I know that I said I was shooting for weekly posts, and I’ve already failed. I’m sorry, but I will certainly try and do better in the future.
I recently read Inkheart for the first time, and it thoroughly entertained me. I saw the movie a couple of years ago, and while there are many who dislike it, I personally enjoyed the film. Now, having read the book, I can see why some fans were upset. But, in my personal opinion, the movie was still a fairly good cinematic rendering.
Nonetheless, I’m not here to go on about the differences between the movie and book versions of Inkheart. My purpose isn’t even really to remark on the story itself. I will say that it’s an excellent book, and I’m excited to read the rest of the series. However, I want to pull something from the book. Fenoglio, the author of the fictional Inkheart, which is a part of the story, continually remarks upon how pleased he is with his villain, Capricorn, and Capricorn’s various henchmen, brought to life by Silvertongue’s unique talent. The other characters in the story, and I’m guessing most readers, are vaguely disgusted by the odd pleasure that Fenoglio takes in those characters who are, well, less than appealing.
As a writer myself, though, I can understand Fenoglio’s reaction. Would I have reacted the same way he did? I don’t know. Still, I can empathize with his strange enjoyment.Writers are an odd breed in some ways. While we enjoy reading too – in fact, it is nearly impossible to be a good writer without being a heavy reader – we tend to read our own works with a very different view than our readers do. Those scenes that our readers can’t stand are often our favorites, and those characters that our readers wish didn’t exist make us delirious with excitement. For example, in one of my books, I wrote a few particularly sad scenes. Many of my friends who read the book were upset with me after reading those parts. And yet, they are some of my favorite scenes in the entire book.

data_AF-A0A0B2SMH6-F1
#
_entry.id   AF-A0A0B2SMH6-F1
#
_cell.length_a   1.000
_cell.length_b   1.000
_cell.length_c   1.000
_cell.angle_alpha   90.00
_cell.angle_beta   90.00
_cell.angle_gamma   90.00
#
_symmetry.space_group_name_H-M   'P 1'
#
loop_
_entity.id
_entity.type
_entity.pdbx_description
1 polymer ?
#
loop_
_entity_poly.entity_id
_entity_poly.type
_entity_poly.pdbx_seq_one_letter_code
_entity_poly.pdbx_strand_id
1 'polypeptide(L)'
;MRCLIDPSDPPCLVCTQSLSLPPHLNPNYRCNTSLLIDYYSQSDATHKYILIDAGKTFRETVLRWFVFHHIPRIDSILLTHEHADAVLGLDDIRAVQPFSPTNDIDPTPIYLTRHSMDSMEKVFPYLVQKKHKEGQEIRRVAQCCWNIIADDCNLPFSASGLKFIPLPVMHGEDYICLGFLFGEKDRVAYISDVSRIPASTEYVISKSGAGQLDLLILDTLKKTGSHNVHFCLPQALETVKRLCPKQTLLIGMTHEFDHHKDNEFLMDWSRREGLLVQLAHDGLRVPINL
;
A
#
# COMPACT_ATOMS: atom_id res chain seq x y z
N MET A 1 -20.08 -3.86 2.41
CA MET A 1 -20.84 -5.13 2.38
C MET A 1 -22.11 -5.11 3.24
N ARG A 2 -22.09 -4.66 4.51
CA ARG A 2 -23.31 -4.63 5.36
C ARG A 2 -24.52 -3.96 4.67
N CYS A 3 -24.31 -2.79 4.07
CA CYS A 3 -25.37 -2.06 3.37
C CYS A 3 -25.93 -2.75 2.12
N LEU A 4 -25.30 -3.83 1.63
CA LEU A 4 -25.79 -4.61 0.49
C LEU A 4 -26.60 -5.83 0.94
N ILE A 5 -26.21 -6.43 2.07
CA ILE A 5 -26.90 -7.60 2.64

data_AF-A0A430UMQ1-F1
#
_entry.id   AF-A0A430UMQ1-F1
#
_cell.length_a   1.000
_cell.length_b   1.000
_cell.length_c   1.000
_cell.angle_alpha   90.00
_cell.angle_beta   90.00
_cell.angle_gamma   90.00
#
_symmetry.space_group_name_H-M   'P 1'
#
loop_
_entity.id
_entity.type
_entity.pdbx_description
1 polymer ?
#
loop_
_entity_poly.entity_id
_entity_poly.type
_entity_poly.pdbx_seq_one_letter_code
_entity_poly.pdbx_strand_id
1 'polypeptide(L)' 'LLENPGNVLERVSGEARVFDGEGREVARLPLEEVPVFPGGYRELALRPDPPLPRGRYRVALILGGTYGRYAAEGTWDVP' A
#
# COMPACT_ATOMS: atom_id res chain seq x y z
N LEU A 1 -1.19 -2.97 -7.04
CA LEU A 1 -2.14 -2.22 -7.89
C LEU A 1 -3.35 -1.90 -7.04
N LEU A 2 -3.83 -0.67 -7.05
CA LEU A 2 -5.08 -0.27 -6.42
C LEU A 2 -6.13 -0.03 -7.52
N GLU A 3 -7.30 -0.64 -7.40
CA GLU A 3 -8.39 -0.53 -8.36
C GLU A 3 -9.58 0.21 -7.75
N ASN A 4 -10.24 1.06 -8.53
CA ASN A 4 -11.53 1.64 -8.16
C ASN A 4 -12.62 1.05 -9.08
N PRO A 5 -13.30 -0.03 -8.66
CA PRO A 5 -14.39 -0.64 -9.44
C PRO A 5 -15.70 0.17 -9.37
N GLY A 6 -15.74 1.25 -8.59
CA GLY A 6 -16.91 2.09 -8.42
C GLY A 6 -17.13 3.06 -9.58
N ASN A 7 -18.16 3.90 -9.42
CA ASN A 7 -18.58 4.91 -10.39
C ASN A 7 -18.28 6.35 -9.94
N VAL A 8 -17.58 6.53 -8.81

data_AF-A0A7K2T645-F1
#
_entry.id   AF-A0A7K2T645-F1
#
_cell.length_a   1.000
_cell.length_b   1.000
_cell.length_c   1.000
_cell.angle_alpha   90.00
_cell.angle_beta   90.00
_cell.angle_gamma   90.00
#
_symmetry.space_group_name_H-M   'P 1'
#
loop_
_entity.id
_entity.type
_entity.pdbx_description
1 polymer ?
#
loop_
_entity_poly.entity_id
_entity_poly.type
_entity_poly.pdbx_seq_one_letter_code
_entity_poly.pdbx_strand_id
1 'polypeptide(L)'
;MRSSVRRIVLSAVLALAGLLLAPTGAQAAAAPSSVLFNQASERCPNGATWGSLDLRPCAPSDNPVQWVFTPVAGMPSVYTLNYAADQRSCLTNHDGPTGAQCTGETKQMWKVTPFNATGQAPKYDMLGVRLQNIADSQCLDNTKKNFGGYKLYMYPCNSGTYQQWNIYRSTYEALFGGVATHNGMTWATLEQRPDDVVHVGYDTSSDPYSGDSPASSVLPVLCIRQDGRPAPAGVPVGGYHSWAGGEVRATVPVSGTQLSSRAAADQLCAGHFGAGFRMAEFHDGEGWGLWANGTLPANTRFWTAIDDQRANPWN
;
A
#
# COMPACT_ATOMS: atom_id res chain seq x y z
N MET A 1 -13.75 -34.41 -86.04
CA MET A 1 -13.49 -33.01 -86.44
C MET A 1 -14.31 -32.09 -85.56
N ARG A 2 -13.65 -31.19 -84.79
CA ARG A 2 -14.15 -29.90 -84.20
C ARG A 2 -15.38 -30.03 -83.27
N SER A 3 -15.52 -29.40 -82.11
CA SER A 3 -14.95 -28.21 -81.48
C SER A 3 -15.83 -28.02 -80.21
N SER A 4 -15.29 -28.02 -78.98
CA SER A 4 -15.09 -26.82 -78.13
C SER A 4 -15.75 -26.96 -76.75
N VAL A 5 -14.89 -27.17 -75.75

Why is this, you ask? What possible reason could I have for enjoying my characters’ pain or discomfort? Let me clarify and say that I don’t enjoy their suffering. The reason that I enjoy the two scenes I’m thinking of in particular are because of one word – emotion. They are two of the most emotion-eliciting scenes in the story. And since the point of any book is to create emotion, I consider my job done when I’ve wrung the correct emotional response from my readers.
So, for those of you who do write, I encourage you not to worry when you find yourself pleased with the page that makes you cry. If it’s a sad page and you react that way, then you are most likely writing a good story. As long as you don’t take a morbid pleasure in death and destruction, then I would say that your reaction is pretty normal. And for those of you who don’t write and don’t understand writers at all, I hope I’ve enlightened you a bit. See, we’re not weirdly pleased with those parts of our stories that make you cringe because we like them; we’re happy because they are some of our best writing. Those villains that genuinely scare our readers, those death scenes that cause tears to stream down their cheeks, those goodbyes that rend their hearts in two – those are our finest moments, because they bring out emotion in our readers. They show that the reader is connected to the story. And therefore they will always bring us the greatest pride.
I realize that I started this post off talking about Inkheart, and I’d just like to take a moment and recommend it to those of you who haven’t read it. Inkheart is a very gripping, well-written tale that had me captivated, and if you haven’t read it, I definitely encourage you to do so. Anyway, now you not only know one of those odd little quirks that writers have, but hopefully you understand why we have it too.